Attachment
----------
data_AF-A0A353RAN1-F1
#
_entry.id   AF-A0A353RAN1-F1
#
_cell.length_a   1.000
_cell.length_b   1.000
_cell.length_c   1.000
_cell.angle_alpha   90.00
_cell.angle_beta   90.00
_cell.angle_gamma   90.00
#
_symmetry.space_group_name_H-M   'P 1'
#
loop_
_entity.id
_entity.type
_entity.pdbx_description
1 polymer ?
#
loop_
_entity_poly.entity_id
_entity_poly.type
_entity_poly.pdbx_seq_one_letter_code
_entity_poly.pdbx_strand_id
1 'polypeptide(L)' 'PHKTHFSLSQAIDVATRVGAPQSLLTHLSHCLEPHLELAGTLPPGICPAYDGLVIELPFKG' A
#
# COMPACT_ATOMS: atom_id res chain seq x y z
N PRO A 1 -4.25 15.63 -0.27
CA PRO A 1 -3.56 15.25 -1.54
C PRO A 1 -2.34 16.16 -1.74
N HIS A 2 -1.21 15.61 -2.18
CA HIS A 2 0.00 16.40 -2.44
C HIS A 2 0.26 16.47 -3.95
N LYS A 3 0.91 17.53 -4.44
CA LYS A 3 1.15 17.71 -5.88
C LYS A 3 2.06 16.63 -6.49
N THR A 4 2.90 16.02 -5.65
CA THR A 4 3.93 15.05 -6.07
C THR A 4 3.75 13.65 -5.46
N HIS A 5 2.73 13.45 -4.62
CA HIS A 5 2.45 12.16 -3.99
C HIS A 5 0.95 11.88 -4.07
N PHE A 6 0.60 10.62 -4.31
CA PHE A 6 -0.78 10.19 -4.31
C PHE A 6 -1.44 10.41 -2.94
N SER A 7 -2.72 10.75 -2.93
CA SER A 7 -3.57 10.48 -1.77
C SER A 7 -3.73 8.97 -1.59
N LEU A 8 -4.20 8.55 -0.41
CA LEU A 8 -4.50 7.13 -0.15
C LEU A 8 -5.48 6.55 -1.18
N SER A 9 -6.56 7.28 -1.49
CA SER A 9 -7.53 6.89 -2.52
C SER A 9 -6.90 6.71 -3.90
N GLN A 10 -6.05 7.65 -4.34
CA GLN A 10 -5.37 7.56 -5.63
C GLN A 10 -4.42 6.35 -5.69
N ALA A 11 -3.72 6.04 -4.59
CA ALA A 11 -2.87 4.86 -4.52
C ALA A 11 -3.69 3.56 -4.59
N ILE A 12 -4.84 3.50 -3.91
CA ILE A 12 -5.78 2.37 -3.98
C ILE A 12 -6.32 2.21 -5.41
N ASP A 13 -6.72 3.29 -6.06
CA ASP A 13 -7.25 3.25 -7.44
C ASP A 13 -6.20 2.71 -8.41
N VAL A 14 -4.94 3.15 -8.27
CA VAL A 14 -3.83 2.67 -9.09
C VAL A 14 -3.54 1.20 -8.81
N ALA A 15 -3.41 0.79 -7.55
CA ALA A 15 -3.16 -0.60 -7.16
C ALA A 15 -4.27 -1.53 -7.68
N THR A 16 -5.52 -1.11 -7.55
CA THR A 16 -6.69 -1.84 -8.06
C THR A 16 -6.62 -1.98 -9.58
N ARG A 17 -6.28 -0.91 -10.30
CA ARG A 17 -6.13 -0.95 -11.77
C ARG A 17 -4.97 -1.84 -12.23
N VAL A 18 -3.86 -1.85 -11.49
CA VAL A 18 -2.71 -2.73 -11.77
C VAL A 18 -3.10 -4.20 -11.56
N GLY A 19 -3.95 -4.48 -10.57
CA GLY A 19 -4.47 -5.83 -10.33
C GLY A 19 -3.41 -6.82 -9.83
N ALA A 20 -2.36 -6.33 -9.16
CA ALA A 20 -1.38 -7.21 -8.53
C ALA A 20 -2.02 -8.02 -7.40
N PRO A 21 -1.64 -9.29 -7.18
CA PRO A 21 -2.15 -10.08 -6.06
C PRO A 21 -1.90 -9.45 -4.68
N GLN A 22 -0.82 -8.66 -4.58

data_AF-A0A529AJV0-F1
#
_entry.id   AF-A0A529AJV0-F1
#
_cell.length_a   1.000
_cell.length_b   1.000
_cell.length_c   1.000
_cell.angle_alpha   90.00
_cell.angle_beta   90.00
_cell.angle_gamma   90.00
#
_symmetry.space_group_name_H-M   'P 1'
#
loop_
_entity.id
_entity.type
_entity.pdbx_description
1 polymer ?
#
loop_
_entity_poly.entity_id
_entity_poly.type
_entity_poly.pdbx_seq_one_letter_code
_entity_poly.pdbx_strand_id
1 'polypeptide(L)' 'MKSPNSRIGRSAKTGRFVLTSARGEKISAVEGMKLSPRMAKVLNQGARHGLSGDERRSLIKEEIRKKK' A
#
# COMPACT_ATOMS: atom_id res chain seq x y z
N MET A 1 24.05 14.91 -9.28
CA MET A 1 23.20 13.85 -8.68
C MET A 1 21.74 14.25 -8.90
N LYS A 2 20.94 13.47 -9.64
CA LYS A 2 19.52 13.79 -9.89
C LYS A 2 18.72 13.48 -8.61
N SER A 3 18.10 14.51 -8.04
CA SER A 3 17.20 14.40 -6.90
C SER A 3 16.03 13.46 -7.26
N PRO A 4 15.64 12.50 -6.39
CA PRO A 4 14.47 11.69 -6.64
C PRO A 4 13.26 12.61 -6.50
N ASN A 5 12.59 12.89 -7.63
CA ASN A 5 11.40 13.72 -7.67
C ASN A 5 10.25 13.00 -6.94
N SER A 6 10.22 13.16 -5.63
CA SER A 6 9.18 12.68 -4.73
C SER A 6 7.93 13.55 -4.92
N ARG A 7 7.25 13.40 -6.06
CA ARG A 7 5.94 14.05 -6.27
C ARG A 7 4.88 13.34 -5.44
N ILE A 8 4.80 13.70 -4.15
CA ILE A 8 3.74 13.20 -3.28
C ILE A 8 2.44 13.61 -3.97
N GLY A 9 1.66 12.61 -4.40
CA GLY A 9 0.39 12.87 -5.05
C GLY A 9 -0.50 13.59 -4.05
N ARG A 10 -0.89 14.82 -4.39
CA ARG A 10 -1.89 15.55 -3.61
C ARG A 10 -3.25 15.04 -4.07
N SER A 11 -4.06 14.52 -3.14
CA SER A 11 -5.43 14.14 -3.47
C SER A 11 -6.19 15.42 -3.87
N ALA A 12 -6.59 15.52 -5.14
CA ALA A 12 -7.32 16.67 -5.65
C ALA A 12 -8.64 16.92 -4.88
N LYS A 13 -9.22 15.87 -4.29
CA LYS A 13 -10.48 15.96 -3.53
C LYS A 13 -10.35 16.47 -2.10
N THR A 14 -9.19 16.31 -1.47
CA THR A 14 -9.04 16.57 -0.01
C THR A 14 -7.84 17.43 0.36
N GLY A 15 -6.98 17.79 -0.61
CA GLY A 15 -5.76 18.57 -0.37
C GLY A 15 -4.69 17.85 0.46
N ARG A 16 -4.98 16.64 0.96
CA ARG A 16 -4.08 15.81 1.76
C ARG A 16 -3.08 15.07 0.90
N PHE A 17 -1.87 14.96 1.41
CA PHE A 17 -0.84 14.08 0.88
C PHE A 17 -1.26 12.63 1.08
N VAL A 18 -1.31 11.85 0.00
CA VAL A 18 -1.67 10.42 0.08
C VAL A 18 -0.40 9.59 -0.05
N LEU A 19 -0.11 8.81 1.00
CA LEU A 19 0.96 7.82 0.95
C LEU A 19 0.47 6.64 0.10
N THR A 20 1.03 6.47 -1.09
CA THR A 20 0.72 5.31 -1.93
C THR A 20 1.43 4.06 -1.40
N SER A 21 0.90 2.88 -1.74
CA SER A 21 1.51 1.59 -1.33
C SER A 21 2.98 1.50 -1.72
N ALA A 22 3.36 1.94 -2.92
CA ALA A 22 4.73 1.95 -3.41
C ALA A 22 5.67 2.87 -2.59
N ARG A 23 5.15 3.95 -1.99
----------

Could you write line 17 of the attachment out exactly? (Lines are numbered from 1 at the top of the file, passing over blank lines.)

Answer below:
_entity.pdbx_description